• APS-C 332.3mm2
  • 24.2 megapixels
  • ISO 100 - 25,600
  • 4/3 224.9mm2
  • 20.3 megapixels
  • ISO 200 - 25,600

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Differences

Canon EOS M50 advantages over Panasonic G95

  • Larger sensor
    APS-C vs 4/3
    More sensor area. Bigger is (generally) better.
  • Less expensive
    $649 vs $1198
    Save money for lenses or accessories
  • NFC
    Yes vs No
    Simplifies pairing your camera with supported phones
  • On-sensor phase detect
    Yes vs No
    Usually improves live view and video AF performance
  • Thinner
    58 mm vs 77 mm
    Thinner
  • Lighter weight
    484g vs 746g
    Lighter weight
  • More dots on screen
    1620k vs 1240k dots
    Can mean greater resolution or a brighter screen
  • More pixels
    24.2 vs 20.3 megapixels
    Higher resolution photos
  • Has anti-aliasing filter
    Filter vs No Filter
    Reduces unsightly moiré in photos
  • Faster JPEG shooting
    10.0 fps vs 9.0 fps
    Faster JPEG shooting (burst mode)
  • Faster RAW shooting
    10.0 fps vs 9.0 fps
    Faster RAW shooting in burst mode
  • Higher extended ISO
    51200 vs 25600 ISO
    Higher extended ISO can give more low-light flexibility

Panasonic G95 advantages over Canon EOS M50

  • Lens selection
    Excellent vs Limited
    Better lens selection gives you more options
  • In-Camera Image Stabilization
    Yes vs No
    Reduces the effects of camera shake at slower shutter speeds
  • In-camera panoramas
    Yes vs No
    Stitches multiple shots into a panoramic photo
  • Longer stills battery life
    More info 290 vs 235 shots
    Capture more photos
  • More telephoto lens reach
    120 mm vs 72 mm
    Capture objects farther away with the kit lens
  • Newer
    5 months vs 18 months old
    Newer cameras often support more advanced features
  • Headphone jack
    Yes vs No
    Monitor audio recording while you shoot video
  • Lacks anti-aliasing filter
    No Filter vs Filter
    Enjoy sharper photos
  • Longer exposure
    60 vs 30 sec
    Long exposures for night shots
  • Bigger JPEG buffer
    600 vs 36 shots
    Take more JPEG shots before waiting (burst mode)
  • Bigger RAW buffer
    30 vs 10 shots
    Larger buffer for RAW shots (burst mode)
  • Faster shutter
    1/16000 vs 1/4000 sec
    Shoot wide open in bright light

Similarities

Common Strengths

  • Tilt-swivel screen
    Both provide
    Tilt and swivel the screen for maximum shooting flexibility
  • Focus peaking
    Both provide
    Your camera will highlight what's in focus
  • Eye-level viewfinder
    Both provide
    You'll be able to frame photos even when the sun is out
  • Shoot 4K video
    Both provide
    Make sure you have a fast computer
  • Touchscreen
    Both provide
    Interact with your camera just like your smartphone
  • Built-in Wi-Fi
    Both provide
    Share your photos wirelessly
  • Built-in Bluetooth
    Both provide
    Always-on wireless connectivity
  • Internal flash
    Both provide
    Useful in a pinch for fill flash
  • External Mic Jack
    Both provide
    Improved sound fidelity when shooting video
  • HDMI out
    Both provide
    Use HDMI output to monitor or review video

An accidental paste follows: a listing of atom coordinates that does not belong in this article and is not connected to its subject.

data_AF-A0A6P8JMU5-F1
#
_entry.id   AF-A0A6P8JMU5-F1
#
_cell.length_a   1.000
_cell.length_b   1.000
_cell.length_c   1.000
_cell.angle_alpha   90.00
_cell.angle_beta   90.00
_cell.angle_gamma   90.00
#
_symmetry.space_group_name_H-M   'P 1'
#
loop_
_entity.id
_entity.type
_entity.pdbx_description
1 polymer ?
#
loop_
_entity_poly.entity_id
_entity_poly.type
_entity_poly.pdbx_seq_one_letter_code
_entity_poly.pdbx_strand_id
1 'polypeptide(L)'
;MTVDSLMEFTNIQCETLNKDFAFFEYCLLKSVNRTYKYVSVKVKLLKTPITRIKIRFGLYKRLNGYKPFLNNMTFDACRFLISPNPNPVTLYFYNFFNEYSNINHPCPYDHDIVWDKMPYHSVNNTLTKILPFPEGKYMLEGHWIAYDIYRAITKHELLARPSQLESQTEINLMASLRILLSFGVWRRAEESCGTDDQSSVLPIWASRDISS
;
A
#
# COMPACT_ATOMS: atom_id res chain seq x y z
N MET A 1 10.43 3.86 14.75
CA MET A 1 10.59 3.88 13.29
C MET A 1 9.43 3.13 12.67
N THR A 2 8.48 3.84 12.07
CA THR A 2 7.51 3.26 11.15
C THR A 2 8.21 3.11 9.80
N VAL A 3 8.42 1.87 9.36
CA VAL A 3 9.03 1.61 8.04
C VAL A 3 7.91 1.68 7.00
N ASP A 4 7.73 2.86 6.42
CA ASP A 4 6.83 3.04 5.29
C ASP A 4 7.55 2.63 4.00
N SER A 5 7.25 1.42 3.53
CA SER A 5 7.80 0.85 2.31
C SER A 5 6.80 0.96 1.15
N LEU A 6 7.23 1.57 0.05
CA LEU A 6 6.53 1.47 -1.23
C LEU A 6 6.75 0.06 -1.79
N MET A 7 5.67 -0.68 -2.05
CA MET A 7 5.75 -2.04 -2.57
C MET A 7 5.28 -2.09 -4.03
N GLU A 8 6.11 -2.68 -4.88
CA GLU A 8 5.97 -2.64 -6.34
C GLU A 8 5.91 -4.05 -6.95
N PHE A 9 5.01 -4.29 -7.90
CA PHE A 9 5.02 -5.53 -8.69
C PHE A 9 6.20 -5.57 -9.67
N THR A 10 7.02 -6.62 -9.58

• Hot shoe
    Both provide
    Off-camera flashes open new possibilities
  • Bulb shutter
    Both provide
    Hold the shutter open manually for long exposures
  • Slow-motion videos
    Both provide
    Shoot slow-motion videos

Common Weaknesses

  • Built-in GPS
    Neither provide
    Geotag your photos
  • Top deck display
    Neither provide
    Check settings with a screen on top of the camera
  • Dual card slots
    Neither provide
    Gives you more storage flexibility

User reviews

Buy From

Your purchases support this site

Buy the Canon EOS M50

Review Excerpt

  • Comfortable ergonomics and solid build; Versatile EVF and tilt-swivel, touch-screen LCD; Good image quality; Great performance for its class; New C-RAW format saves on raw file size; 4K video is an M-series first.

  • Somewhat limited dynamic range; JPEGs a little soft at base ISO, and more so at higher ISOs; Warm white balance under incandescent light; Poor battery life; Raw buffer is still shallow (but C-RAW helps).

The Competition

Compared to Canon EOS M5

Canon EOS M50
Canon EOS M5
  • $629
  • APS-C
  • Less expensive
  • Tilt-swivel screen
  • $712
  • APS-C
  • Fast startup
  • Longer stills battery life
Panasonic G95
Canon EOS M5
  • $1198
  • 4/3
  • Tilt-swivel screen
  • Lens selection
  • $712
  • APS-C
  • Less expensive
  • Larger sensor

Compared to Panasonic GH5

Canon EOS M50
Panasonic GH5
  • $629
  • APS-C
  • Less expensive
  • Larger sensor
  • $1398
  • 4/3
  • Slower slow-motion
  • Lens selection
Panasonic G95
Panasonic GH5
  • $1198
  • 4/3
  • Less expensive
  • In-camera panoramas
  • $1398
  • 4/3
  • Slower slow-motion
  • Longer stills battery life

Compared to Panasonic G9

Canon EOS M50
Panasonic G9
  • $629
  • APS-C
  • Less expensive
  • Larger sensor
  • $1198
  • 4/3
  • Lens selection
  • Slower slow-motion
Panasonic G95
Panasonic G9
  • $1198
  • 4/3
  • Less expensive
  • In-camera panoramas
  • $1198
  • 4/3
  • Slower slow-motion
  • High resolution composite

Compared to Sony A6400

Canon EOS M50
Sony A6400
  • $629
  • APS-C
  • Less expensive
  • Tilt-swivel screen
  • $898
  • APS-C
  • Lens selection
  • Larger sensor
Panasonic G95
Sony A6400
  • $1198
  • 4/3
  • Lens selection
  • Tilt-swivel screen
  • $898
  • APS-C
  • Less expensive
  • Larger sensor

Compared to Sony A6100

Canon EOS M50
Sony A6100
  • $629
  • APS-C
  • Less expensive
  • Tilt-swivel screen
  • $748
  • APS-C
  • Lens selection
  • Larger sensor
Panasonic G95
Sony A6100
  • $1198
  • 4/3
  • Lens selection
  • Tilt-swivel screen
  • $748
  • APS-C
  • Less expensive
  • Larger sensor
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